Connecting with Your Client

Beneath the Cover, writing a book, warms to the company, client becomes a leadIn our last post, in outlining the six steps of the customer’s journey, we looked at step three: when the buyer becomes a lead. To recap, here are the six steps:

6. Satisfied customer

5. Receives purchase

4. Makes purchase

3. Becomes lead

2. Warms to company

1. Seeks solution

We’ve looked at parts six through three (we’ve been looking in reverse order). Here we will look at step two: warms to company.

When we say that someone warms to the company, it means that the manner in which you’ve presented yourself and your ability to offer a solution, appeals to the buyer (the hero of this journey). That you’ve been clear about what it is that you do, and also that you have managed to ensure the buyer-hero that her or she is in good hands by working with you.

You do this by presenting very clearly the kinds of steps your client can take with you, the solutions that others have found in using your product or service and the testimony of people whom you’ve helped. In a world of user reviews, when people expect to see how you stack up against others in the words of the client, then you will want to be quite upfront about your success in this area. Not to toot your own horn – but to assure the buyer that you are there to help, and that you’ve actually helped.

If you think of “warms to company” as part of a buyer’s journey, along the lines of the narrative of a hero’s journey that we’ve explored in earlier posts, this would be the point at which the hero recognizes the call to action as something that he might be in a position to aspire to. He might not yet have embarked on a quest, but he’s considering that he should be the one to undertake the journey. From the buyer’s journey perspective, considering the quest is when what you offer makes the buyer believe that you can lead him toward providing a solution.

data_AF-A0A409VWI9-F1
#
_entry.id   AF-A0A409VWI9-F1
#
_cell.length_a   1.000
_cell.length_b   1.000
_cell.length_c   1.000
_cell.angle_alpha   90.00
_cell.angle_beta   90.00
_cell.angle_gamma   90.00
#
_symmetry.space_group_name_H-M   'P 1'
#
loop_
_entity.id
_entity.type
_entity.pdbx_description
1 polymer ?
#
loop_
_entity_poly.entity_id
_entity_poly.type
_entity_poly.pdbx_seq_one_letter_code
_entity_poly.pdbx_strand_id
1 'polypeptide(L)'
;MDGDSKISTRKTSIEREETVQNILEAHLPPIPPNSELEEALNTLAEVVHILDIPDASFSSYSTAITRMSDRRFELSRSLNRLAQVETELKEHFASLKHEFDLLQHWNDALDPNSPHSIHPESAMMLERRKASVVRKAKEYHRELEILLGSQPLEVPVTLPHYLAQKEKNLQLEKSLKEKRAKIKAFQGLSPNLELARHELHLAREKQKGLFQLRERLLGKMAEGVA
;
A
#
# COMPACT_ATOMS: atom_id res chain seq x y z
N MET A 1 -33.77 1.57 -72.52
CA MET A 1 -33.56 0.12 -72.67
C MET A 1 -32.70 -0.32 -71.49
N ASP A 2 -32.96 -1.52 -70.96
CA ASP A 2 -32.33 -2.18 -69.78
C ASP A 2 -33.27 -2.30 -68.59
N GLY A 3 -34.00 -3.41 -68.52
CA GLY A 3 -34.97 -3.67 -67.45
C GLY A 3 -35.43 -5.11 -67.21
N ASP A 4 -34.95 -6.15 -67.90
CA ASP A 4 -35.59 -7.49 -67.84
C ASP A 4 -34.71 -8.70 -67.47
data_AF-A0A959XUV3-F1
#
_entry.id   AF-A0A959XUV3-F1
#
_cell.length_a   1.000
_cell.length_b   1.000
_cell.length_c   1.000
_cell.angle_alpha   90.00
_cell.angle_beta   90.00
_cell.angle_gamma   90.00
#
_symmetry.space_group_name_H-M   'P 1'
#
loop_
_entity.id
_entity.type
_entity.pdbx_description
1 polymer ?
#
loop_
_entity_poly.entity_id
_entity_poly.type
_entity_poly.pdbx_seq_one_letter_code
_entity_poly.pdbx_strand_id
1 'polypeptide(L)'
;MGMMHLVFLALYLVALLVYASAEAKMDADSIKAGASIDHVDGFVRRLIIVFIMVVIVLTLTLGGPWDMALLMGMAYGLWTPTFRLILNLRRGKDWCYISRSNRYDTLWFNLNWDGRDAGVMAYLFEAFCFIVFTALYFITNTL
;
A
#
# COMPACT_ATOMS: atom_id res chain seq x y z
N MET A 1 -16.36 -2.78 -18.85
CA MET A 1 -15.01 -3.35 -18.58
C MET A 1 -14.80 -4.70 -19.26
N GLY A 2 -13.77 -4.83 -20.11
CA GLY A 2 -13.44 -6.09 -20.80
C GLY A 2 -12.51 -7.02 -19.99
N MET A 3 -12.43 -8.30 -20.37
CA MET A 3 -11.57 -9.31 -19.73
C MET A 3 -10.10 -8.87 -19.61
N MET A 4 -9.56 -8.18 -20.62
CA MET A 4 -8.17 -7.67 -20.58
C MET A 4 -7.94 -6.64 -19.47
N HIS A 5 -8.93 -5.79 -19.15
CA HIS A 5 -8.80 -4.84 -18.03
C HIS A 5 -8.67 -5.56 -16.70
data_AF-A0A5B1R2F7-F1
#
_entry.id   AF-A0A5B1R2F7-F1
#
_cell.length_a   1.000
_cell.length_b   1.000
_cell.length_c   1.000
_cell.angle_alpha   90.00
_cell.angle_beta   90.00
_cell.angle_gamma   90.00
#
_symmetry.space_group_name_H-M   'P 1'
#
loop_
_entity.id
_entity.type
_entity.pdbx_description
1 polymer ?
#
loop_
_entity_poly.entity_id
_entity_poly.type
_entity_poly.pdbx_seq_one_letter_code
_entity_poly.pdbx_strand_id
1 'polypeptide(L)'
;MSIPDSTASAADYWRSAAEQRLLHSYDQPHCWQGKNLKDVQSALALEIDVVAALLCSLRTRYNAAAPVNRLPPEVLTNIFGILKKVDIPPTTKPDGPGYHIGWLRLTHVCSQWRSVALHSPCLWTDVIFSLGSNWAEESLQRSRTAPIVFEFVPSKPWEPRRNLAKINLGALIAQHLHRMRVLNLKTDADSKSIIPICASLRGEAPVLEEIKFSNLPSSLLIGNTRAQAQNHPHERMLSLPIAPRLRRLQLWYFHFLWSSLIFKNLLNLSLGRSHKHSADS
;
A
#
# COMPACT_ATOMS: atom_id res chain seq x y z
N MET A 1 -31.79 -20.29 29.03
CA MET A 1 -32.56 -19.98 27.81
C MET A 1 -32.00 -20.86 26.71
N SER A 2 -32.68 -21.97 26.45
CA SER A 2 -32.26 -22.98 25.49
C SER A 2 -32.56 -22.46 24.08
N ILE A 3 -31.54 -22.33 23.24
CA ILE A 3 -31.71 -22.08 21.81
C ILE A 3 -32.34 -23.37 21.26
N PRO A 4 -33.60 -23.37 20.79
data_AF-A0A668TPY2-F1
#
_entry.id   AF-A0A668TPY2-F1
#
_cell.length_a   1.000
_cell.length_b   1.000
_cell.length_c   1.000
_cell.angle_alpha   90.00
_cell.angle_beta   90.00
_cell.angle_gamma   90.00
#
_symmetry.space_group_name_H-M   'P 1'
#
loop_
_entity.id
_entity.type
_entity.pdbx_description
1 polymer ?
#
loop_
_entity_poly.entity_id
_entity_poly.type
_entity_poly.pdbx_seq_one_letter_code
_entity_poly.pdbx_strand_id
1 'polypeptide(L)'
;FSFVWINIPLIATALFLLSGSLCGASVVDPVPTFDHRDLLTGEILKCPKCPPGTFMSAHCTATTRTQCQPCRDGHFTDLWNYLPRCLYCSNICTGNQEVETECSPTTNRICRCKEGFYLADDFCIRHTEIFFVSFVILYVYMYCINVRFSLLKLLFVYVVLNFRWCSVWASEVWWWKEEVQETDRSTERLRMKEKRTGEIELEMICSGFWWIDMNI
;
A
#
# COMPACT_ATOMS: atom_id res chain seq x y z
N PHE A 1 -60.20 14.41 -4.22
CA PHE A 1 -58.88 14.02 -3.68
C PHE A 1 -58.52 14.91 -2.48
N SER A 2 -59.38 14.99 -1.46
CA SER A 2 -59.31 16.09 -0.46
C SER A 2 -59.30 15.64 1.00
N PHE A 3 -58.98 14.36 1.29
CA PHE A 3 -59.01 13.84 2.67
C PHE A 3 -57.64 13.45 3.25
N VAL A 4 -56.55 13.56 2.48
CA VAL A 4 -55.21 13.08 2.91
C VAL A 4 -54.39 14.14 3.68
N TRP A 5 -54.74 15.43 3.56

As with the other buyer’s journey scenarios, how might you deliberately sabotage what happens when the client becomes a lead, or decides to pursue working with you? What is this engagement for the client like here? Have you presented your solutions in a way that gives the client enough information to move forward? Have you thought through the doubts the client might have about whether you can truly provide an answer?

Again, your narrative job is to answer questions that the hero-buyer might raise – and your questions should also provide the assurances to those hesitations, or .the client won’t take that next step.

We’ll continue to explore the first step in this buyer’s journey in our next post.

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